Part 2: Big Data
Dr. Chiang explained that when he headed up of the medical information technology committee of the American Academy of Ophthalmology, he heard many physician complaints, such as: “I’m spending all day and all night charting in the EHR—I never used to do that with paper.”
To understand why that situation occurs, the group decided to do an EHR time-stamp analysis. EHR systems record every point and click of the mouse and log them, so researchers were able to determine which actions best corresponded with what the physician was actually doing during the patient visit.
The next step was to use the data to figure out how much time was spent documenting in the EHR, and whether it was during the exam or afterward.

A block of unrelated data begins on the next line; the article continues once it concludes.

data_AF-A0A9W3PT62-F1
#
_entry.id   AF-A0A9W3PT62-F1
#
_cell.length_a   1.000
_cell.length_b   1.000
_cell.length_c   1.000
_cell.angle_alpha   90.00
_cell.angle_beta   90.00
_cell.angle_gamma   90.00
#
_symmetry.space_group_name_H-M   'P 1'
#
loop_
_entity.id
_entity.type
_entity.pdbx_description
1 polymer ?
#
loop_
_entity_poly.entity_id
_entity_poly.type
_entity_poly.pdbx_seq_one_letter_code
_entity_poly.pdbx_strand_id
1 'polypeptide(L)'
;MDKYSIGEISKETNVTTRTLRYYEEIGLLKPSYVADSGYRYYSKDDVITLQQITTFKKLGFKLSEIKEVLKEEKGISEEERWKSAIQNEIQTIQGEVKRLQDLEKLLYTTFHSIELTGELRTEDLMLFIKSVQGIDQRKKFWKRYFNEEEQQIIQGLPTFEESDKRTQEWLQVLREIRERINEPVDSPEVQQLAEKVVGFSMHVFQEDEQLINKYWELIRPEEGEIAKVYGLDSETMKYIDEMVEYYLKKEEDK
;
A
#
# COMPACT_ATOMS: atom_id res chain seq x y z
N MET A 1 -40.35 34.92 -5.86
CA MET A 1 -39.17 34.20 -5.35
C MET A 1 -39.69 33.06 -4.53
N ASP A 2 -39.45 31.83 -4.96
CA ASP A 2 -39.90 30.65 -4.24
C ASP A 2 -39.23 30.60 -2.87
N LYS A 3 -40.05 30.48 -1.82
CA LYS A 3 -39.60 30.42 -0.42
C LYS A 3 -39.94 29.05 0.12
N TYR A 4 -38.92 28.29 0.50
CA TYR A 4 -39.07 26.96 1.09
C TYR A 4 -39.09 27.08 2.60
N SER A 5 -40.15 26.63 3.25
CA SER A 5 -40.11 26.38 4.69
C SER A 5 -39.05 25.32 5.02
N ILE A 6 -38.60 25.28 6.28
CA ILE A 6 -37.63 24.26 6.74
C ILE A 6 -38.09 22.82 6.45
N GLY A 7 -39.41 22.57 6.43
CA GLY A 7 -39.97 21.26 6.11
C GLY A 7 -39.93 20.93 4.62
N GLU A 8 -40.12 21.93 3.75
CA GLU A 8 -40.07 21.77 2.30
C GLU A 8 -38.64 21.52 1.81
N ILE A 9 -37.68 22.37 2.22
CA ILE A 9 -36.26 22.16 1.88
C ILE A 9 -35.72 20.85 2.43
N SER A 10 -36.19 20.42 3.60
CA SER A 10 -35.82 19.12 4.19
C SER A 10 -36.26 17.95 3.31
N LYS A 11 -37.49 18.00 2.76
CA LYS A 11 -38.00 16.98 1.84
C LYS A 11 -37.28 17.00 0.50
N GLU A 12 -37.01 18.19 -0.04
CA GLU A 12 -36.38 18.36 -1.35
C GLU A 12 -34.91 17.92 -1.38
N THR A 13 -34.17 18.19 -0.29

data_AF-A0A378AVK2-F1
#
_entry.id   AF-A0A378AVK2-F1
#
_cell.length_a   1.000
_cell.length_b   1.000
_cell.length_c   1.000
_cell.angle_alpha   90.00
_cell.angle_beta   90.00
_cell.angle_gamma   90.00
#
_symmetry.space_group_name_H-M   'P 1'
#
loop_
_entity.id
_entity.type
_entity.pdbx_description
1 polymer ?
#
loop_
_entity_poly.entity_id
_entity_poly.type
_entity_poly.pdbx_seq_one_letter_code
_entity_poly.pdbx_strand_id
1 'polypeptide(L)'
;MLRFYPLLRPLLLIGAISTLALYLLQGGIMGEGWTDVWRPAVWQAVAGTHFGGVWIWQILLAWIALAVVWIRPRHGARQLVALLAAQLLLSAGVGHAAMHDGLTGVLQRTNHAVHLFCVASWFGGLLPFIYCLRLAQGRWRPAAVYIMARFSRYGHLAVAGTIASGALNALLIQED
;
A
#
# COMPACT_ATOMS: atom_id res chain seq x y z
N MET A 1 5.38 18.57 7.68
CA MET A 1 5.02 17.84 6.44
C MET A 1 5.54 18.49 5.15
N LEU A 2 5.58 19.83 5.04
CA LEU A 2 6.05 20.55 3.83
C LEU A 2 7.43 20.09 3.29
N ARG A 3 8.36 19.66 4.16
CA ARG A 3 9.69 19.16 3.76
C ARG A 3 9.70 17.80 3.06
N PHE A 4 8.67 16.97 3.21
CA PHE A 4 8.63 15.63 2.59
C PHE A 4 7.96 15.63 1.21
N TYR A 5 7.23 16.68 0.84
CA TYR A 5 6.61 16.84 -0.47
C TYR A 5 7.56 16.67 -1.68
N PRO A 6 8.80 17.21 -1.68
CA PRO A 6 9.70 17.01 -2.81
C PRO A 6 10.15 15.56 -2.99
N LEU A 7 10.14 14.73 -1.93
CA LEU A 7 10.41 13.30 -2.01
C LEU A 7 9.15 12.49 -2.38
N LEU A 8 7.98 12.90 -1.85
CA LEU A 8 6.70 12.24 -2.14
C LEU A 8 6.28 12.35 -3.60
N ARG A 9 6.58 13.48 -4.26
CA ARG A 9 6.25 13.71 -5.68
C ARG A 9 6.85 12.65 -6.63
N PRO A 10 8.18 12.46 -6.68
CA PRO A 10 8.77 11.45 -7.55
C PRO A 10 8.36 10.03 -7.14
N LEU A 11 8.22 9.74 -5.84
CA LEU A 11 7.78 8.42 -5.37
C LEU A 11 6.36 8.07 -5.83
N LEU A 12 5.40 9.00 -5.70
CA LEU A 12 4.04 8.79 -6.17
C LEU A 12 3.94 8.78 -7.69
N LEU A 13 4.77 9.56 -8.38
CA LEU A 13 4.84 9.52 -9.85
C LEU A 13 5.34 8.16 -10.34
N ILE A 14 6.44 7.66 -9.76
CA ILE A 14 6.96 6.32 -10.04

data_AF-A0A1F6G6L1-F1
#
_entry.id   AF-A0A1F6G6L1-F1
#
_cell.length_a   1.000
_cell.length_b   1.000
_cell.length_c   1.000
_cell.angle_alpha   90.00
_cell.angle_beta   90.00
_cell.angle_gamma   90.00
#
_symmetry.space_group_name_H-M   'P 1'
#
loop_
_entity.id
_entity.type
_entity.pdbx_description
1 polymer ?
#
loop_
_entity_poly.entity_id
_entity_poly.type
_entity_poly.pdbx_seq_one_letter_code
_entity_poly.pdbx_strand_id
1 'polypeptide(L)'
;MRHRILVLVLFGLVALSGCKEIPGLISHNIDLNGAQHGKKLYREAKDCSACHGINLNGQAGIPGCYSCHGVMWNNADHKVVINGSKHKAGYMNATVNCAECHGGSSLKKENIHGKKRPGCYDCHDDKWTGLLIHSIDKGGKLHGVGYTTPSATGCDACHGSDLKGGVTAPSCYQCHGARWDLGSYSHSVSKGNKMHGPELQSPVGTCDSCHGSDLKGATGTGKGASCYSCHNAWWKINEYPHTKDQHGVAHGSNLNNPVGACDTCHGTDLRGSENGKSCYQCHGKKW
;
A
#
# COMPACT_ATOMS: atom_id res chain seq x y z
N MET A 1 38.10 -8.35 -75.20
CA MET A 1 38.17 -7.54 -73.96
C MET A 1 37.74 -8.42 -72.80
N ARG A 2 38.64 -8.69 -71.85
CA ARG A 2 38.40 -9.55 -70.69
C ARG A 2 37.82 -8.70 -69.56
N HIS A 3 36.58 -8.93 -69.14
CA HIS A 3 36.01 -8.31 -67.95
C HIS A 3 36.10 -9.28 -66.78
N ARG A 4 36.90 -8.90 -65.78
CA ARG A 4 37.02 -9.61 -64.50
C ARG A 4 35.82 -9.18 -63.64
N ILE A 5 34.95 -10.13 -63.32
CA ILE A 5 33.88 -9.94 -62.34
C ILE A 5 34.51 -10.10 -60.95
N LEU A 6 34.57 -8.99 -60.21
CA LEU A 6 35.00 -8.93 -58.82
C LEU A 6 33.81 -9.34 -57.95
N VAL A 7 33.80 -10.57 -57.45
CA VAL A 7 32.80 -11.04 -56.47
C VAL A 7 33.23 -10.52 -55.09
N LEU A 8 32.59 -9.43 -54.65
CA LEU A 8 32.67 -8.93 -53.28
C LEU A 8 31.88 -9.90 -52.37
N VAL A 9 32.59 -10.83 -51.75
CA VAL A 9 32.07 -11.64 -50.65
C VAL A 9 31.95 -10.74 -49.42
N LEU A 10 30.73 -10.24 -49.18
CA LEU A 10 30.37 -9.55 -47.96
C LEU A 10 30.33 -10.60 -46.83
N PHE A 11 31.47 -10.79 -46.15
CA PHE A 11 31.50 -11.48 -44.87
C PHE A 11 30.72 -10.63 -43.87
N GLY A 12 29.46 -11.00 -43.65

Before doing that, the physicians wanted to validate the method of using the time-stamps, compared with the gold standard of manual time-motion collection using the iPad apps.
The five physicians followed in the study generated 3 million time-stamps in 1 year in the EHR audit log. About 400 patients were looked at to compare manual observation with the iPad with the EHR time stamps. The difference between them was only about 1 minute, which the researchers considered very similar.
Results showed that the pediatric ophthalmologist spent 9.9 minutes documenting each patient.
Of that, 46% of the time was during the patient visit; 41% of the time was during business hours after the visit, and 12% of the time was on nights and weekends. If 30 patients are seen in a day, that corresponds to nearly 5 hours per day documenting in the EHR. For the other four ophthalmologists, the distribution of time was similar.